In order to learn the proper grip, you must hold the racket so that the face is perpendicular to the ground. Now you must extend your right hand towards the grip as if you are shaking hands with the racket. Now simply wrap your fingers around the racket, and move your thumb so that you feel comfortable. You can further adjust the thumb and the index finger to get to the most comfortable position. Now move the racket around and see if you can do so freely. This is the best way to grip a racket in order to play a forehand shot, and even to play a backhand shot in most cases. Many experienced players say that the best way to see if your grip is right, is to check if there is a V-shape between your thumb and your index finger when you see the back of your hand. If this position fits the V-shape then the grip is absolutely correct.

While this orthodox forehand grip is great for playing backhand shots, you can also use the common backhand grip for playing such shots. In order to do this you will have to break the V-shape of the thumb and the index finger, and move the thumb higher up the grip than the index finger. The biggest benefit of this grip is that the individual can exert greater leverage on the racket by pressing the thumb downwards. A third grip known as the frying pan grip is also commonly used and in this case you will need to grip the racket in the same manner as in the forehand grip. The only difference here is that the face of the racket should be parallel to the ground, rather than perpendicular to it. This grip allows one to freely play forehand shots and backhand shots without changing the grip in the middle of the game.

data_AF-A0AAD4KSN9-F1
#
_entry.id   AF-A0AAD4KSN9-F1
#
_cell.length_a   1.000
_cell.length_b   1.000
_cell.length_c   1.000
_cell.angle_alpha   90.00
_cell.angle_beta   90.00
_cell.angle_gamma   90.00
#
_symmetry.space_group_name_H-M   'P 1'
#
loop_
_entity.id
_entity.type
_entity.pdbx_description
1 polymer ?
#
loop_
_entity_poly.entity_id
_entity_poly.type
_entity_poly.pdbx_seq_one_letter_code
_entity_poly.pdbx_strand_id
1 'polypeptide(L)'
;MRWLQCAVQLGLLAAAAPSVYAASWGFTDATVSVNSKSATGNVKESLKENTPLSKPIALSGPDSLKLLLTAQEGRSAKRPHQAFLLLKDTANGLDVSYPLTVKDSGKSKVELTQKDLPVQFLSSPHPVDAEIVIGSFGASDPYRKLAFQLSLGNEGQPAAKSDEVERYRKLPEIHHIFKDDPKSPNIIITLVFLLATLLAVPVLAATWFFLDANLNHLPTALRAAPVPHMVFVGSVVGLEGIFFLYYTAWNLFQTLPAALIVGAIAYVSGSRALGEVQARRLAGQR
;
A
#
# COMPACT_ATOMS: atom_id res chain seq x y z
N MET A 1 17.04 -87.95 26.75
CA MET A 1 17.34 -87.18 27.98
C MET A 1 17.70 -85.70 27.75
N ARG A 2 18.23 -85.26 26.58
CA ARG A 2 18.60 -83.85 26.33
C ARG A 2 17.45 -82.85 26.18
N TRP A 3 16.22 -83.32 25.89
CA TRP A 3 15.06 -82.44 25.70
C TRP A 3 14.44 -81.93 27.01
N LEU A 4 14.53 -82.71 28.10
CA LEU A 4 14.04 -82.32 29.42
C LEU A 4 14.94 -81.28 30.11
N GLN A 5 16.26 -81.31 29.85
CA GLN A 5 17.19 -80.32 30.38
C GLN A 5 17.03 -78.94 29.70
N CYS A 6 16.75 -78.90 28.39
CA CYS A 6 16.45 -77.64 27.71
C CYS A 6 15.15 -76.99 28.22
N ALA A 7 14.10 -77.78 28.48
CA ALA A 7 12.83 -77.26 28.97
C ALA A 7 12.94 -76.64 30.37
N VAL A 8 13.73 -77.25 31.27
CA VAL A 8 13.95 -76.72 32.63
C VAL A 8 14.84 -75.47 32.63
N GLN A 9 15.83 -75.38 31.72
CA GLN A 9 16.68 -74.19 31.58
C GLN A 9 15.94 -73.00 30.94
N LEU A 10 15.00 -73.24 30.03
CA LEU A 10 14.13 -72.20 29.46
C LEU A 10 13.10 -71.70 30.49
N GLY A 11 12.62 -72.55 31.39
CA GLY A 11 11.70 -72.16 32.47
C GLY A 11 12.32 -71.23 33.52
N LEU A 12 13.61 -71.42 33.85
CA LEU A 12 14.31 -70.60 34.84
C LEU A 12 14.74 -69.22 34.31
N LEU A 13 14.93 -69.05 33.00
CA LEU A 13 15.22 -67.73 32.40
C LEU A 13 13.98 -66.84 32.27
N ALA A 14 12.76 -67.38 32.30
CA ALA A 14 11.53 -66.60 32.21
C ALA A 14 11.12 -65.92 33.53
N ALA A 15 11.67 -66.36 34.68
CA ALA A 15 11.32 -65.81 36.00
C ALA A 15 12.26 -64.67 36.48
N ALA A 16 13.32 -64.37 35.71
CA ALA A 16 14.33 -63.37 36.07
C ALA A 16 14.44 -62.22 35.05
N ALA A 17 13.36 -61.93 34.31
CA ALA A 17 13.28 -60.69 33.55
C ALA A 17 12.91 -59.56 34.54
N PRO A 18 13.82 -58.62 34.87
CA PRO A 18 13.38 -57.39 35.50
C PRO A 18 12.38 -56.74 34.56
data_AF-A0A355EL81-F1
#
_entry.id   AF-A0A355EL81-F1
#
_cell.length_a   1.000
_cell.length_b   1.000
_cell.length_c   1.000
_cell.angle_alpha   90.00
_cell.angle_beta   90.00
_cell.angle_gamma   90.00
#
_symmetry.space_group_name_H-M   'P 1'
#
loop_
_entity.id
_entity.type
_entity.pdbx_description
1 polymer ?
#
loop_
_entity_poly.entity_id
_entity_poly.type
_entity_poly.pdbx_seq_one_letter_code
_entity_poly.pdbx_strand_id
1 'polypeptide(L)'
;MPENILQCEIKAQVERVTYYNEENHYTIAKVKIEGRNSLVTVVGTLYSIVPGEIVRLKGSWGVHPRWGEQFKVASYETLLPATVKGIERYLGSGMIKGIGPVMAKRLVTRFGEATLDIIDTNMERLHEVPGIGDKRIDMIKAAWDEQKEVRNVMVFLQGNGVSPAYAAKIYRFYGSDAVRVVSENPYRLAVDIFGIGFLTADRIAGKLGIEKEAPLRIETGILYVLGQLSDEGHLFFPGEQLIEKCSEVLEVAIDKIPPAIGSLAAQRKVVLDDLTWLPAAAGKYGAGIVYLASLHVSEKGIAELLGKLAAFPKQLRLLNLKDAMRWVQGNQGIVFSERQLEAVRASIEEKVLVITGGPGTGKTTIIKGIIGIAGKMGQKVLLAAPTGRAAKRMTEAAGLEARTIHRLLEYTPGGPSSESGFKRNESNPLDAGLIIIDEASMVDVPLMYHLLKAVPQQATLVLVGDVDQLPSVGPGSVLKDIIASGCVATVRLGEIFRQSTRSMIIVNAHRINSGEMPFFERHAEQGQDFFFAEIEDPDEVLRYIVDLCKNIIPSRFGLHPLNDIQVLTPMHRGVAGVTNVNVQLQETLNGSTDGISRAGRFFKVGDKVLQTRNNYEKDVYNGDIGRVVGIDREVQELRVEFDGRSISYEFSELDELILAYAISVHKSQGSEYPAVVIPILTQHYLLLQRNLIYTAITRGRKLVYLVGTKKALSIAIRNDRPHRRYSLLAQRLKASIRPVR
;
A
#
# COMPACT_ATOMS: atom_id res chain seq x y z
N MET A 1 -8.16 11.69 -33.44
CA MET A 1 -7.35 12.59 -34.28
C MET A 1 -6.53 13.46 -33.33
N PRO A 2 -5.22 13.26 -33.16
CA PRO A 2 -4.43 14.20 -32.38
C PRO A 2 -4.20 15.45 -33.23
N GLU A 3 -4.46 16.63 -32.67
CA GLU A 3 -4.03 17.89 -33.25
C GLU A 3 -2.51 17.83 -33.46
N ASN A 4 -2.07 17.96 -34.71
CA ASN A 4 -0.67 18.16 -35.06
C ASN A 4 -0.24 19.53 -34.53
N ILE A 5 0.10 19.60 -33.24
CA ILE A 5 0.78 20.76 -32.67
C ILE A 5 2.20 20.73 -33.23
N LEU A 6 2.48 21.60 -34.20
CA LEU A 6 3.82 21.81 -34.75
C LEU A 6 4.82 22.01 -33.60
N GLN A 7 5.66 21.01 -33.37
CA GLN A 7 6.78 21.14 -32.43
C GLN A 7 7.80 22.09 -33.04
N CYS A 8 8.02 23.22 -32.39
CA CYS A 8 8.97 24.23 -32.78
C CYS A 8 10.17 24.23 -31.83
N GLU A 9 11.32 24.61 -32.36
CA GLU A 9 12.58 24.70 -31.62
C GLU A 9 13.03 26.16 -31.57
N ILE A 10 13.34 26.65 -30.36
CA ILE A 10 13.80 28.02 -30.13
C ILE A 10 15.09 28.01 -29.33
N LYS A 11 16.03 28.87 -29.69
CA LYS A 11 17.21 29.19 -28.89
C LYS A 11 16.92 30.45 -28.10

All these tips are commonly known to many players, and anyone who is starting to play the game should also be well aware of this. You can try experimenting with a few grips before you settle on one that you are comfortable with, and this is something that you should never forget. It is far more important to grip the racket in a manner that comforts you, rather than just blindly follow a predetermined grip.